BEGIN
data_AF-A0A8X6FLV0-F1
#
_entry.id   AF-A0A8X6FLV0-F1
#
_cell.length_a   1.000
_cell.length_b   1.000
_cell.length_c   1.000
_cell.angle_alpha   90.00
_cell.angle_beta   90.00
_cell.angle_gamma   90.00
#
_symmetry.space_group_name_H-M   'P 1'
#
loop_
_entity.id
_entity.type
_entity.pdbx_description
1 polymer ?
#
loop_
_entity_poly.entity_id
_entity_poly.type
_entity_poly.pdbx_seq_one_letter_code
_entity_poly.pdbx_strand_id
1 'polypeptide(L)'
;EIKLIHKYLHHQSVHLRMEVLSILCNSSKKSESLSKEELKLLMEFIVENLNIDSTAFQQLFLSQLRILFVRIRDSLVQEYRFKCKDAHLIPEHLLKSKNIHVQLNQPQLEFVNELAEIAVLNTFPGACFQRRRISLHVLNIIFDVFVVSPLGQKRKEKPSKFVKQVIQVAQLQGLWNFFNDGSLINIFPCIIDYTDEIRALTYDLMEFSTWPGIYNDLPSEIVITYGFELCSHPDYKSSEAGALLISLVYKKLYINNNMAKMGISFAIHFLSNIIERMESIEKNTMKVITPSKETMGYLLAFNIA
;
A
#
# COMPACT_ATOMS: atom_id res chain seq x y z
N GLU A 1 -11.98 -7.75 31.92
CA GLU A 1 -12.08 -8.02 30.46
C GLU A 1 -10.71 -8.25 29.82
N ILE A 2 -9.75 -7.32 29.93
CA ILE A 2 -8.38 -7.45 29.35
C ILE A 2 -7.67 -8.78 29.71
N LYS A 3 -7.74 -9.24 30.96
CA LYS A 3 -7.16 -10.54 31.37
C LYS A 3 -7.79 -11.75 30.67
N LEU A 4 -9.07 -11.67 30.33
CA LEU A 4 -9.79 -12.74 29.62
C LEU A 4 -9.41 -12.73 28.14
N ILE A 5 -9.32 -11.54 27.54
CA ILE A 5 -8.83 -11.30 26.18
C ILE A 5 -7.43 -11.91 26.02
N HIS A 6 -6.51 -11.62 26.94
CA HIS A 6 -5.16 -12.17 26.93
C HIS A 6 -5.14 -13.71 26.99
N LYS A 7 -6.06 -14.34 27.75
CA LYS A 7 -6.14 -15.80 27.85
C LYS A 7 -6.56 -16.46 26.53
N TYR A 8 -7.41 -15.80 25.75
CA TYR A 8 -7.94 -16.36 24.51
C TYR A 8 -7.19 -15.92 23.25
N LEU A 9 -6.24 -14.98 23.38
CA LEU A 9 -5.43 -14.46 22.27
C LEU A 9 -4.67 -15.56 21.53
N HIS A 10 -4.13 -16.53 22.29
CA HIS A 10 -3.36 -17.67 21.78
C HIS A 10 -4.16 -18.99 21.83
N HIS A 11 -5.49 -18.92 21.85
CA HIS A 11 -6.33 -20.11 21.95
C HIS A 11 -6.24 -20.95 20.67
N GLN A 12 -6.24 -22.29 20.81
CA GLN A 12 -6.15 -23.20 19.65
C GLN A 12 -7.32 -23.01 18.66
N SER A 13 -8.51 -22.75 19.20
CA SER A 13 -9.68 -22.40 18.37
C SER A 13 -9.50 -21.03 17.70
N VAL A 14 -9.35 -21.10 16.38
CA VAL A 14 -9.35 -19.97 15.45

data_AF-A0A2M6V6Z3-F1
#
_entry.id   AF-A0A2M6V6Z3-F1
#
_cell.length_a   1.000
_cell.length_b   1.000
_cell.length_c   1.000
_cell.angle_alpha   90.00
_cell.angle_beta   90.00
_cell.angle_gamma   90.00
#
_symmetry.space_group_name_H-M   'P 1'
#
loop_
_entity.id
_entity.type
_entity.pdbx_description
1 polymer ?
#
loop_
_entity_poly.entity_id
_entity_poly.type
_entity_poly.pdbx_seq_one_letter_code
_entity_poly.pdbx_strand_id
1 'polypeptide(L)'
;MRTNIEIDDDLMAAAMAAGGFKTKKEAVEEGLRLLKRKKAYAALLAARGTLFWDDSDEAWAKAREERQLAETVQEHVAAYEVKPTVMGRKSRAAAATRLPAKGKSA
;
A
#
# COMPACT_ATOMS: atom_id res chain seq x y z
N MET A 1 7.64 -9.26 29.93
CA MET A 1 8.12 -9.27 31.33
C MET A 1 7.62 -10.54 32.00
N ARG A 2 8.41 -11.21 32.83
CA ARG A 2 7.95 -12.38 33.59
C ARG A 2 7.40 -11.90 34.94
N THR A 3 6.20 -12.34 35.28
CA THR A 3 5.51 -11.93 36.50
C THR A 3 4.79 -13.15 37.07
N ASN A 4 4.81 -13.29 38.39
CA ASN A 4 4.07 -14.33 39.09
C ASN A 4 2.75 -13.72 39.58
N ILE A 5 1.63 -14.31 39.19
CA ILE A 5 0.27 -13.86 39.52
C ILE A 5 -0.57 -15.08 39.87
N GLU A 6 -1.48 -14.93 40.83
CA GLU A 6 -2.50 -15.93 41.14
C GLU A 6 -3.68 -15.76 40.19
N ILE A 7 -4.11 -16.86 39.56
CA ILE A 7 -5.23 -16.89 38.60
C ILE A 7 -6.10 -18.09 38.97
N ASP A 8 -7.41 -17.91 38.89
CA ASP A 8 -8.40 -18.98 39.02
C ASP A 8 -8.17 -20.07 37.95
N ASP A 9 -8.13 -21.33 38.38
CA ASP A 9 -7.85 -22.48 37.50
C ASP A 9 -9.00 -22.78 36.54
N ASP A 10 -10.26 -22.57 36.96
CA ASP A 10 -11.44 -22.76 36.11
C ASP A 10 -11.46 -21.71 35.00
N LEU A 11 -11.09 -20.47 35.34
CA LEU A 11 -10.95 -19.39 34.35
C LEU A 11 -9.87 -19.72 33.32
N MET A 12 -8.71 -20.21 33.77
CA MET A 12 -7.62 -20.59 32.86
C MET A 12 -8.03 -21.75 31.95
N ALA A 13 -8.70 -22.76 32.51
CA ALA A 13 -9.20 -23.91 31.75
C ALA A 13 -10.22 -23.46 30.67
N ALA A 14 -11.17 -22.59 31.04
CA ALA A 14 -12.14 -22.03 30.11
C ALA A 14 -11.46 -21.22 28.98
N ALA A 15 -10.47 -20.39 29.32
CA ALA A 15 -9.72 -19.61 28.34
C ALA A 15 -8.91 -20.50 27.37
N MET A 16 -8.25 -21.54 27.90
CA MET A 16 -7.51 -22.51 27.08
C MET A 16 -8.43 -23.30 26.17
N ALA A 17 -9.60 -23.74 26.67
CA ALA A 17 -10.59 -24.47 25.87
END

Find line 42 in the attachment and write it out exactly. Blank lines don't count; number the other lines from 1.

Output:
C LEU A 4 -9.41 -12.73 28.14